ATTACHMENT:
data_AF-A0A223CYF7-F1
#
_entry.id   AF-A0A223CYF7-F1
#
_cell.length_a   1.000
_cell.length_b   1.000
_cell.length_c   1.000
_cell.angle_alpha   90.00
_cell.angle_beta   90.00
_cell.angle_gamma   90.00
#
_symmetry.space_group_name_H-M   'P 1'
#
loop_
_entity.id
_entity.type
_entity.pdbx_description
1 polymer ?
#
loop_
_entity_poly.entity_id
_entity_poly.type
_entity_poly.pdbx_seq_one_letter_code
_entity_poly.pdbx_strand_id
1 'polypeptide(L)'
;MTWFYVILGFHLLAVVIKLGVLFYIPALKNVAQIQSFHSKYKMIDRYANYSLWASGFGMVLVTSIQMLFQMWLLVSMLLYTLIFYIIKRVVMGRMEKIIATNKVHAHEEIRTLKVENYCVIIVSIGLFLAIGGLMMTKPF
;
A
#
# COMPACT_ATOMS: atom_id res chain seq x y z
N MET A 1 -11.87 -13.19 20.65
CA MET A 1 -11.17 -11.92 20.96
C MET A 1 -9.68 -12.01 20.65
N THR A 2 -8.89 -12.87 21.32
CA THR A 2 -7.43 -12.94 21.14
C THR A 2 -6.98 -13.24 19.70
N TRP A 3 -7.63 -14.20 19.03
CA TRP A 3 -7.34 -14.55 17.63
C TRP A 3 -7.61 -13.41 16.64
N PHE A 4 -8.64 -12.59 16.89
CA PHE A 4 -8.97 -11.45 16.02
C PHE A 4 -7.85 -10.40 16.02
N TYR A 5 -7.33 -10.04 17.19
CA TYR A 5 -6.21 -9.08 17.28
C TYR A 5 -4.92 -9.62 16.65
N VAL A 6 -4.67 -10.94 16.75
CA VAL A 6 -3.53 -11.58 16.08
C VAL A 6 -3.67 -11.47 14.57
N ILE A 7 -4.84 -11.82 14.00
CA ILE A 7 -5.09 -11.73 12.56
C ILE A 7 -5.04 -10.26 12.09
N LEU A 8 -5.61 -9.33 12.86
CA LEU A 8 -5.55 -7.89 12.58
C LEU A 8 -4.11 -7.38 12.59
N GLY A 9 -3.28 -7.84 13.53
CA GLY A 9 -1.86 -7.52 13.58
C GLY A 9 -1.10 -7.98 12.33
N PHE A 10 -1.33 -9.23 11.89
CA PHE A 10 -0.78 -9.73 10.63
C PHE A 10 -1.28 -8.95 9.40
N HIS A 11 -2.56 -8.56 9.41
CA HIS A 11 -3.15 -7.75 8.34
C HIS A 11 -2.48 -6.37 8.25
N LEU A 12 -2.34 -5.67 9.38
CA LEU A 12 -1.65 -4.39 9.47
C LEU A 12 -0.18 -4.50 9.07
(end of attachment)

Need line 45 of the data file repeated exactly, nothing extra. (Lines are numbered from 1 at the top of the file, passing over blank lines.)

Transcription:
C TYR A 5 -4.92 -9.62 16.65